I’ve been sent a harrowing story by a reader who works for a cancer charity.
I don’t know if this story is helpful to you at all, but I work for a national cancer charity answering support calls. I had an extremely distressing call the other week from an 90 year-old lady whose 69 year-old daughter who was in a hospice due to her advanced cancer.
The lady told me that she hadn’t seen her daughter for months – since lockdown was imposed – and knowing her daughter didn’t have long left she drove to the hospice, desperate to see her, only to be refused at the front door. Worse still, she said she was verbally reprimanded by the manager for trying to come in and told that she was putting herself and everyone else at risk.
Her daughter died a few days later. She never got to say her goodbyes….
On the phone to me, the lady was emotionally distraught, crying inconsolably. She also told me that she lives alone and had been self-isolating herself since February, which she has really struggled with as well. I have been supporting cancer patients for many years and never been lost for words, but on this occasion I was. I just felt so angry inside.
The prevention of people being able to say goodbye to their loved ones is, for me, one of the most shockingly under-covered stories throughout this whole lockdown. I’m sure this is not a one off….
And another reader sent me this story. Pretty awful, too.
I have a rather depressing story told to me by a close friend.
Her grandmother died in hospital at the start of lockdown and sadly, having tested positive for COVID-19 and locked in a Covid ward, she was not able to see her family in her final days. As it happens, the cause of death was certainly not Covid as she had been struggling with cancer for some time.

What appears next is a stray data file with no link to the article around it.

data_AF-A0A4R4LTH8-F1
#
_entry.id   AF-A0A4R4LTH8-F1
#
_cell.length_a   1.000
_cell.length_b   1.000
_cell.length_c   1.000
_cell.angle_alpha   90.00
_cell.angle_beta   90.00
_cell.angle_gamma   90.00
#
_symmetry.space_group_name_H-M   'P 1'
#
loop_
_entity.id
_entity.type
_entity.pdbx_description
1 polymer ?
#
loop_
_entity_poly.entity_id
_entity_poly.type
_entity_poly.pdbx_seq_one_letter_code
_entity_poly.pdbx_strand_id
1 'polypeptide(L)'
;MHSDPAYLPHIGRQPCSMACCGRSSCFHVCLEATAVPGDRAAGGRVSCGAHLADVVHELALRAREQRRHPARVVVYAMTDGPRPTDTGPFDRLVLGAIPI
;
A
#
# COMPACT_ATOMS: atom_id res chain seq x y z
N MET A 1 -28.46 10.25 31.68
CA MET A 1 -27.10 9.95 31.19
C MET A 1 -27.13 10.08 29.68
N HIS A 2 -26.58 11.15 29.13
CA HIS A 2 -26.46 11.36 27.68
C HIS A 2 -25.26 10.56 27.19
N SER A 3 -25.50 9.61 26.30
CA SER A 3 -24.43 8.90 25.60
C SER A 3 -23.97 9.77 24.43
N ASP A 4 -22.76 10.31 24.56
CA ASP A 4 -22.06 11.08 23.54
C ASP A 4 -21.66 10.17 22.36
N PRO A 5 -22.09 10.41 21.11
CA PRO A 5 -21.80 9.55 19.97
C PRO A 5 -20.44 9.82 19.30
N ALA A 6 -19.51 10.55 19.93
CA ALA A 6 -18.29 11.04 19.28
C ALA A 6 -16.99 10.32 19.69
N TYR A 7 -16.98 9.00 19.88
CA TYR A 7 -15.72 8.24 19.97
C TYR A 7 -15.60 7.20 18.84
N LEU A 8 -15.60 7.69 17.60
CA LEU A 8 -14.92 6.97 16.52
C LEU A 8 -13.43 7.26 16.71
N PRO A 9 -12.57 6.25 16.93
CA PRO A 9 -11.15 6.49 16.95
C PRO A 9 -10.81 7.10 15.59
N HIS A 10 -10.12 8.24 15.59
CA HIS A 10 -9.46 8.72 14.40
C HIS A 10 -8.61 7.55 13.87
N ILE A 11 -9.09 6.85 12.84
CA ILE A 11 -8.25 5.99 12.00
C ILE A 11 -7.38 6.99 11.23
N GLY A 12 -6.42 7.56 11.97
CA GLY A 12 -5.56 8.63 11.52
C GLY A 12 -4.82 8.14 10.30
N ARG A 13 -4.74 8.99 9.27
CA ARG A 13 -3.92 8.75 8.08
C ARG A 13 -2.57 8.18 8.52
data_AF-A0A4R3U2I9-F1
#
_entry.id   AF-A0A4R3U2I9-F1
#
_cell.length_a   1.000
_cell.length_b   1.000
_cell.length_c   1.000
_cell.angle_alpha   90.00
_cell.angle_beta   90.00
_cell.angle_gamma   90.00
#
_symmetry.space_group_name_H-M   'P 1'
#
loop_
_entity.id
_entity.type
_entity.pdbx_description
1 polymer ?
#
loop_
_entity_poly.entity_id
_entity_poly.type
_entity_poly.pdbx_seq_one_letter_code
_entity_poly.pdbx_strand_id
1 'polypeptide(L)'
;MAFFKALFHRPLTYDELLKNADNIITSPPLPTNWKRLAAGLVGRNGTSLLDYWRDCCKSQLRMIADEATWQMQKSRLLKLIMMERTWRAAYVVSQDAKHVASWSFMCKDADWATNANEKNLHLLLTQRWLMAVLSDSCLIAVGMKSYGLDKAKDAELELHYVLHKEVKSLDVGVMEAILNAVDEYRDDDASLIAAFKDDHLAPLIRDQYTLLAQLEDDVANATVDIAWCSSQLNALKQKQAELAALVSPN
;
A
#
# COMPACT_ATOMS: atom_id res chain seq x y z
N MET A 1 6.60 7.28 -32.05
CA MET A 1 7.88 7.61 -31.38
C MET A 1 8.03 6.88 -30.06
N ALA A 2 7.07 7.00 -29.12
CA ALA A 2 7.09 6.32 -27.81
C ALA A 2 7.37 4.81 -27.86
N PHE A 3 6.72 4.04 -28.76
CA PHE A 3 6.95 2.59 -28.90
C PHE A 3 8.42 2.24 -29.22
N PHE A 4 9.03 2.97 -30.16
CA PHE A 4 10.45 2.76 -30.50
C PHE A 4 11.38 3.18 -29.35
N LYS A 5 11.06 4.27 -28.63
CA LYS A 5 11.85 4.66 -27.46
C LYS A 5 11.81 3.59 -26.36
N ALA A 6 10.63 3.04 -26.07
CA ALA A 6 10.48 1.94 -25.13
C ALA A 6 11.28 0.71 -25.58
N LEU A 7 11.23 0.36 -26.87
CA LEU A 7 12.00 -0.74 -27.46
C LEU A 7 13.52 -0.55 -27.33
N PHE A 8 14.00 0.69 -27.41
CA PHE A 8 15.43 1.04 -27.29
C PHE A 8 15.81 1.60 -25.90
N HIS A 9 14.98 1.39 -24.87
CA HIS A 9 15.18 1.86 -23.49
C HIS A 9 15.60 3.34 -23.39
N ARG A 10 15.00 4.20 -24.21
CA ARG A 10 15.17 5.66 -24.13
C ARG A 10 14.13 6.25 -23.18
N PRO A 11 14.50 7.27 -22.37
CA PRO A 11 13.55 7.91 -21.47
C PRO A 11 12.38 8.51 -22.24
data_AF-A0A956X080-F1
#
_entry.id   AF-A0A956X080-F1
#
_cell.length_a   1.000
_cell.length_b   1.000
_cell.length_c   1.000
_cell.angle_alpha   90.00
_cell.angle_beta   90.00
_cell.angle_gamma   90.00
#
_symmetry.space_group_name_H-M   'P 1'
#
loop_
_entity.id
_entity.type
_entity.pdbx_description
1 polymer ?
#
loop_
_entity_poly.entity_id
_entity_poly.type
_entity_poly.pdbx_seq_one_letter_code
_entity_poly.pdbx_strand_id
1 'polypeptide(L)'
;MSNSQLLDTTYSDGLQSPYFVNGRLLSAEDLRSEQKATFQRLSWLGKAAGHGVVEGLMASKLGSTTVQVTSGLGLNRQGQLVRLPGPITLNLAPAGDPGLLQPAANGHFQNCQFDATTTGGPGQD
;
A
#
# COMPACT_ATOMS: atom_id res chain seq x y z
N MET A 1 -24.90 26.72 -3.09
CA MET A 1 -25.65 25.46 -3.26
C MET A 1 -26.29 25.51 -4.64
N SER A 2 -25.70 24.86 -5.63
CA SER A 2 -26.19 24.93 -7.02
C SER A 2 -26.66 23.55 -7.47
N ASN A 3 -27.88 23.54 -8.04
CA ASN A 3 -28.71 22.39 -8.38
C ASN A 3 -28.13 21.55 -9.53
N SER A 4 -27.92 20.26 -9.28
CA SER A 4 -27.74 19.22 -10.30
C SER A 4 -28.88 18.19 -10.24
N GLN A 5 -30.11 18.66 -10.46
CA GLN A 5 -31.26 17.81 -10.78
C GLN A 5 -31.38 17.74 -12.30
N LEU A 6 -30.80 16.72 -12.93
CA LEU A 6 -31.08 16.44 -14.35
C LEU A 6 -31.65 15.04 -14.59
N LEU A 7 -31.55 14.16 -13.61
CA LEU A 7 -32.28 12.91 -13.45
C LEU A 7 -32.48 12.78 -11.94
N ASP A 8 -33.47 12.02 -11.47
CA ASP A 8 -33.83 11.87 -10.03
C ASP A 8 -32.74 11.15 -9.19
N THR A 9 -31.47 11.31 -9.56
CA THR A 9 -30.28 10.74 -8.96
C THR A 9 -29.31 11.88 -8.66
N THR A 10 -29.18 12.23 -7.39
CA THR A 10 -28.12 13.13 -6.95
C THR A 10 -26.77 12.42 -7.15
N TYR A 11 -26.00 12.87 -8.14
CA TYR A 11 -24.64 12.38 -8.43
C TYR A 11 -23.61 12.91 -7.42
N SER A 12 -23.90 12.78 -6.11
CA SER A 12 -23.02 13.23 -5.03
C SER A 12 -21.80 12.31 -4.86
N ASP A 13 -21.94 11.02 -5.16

Upon trying to recover the grandmother’s belongings, however, my friend’s family were told that they were missing. The items’ total value was a sizeable four-figure sum as she had been wearing her jewellery at the time of her death. After months of wrangling with the hospitals and fears the items had been stolen, they finally received a concrete response.
The hospital said that at the time of the grandmother’s death, guidance for dealing with Covid patients’ property had not been set up, leading to large build-ups of personal property at the hospital. When guidance did materialise it stated that personal clothing (at the time, it has since changed), were to be disposed of. The hospital admitted that the likely outcome was that, due to the pressure the hospital was facing, the grandmother’s jewellery had been disposed of by mistake along with her clothing.
Of course, this caused great distress to the family in question and it has led me to wonder how many families were similarly affected. It is not inconceivable that due to this absurd guidance, the total value of patients’ lost items could be millions of pounds, and many deeply saddened families.
This whole saga seems typical of the whole national response to Covid, where an easily sterilisable item, such as an engagement ring, is thrown aside in the name of irrational Covid responses. I feel that stories and scandals like these are going to continue surfacing for months to come.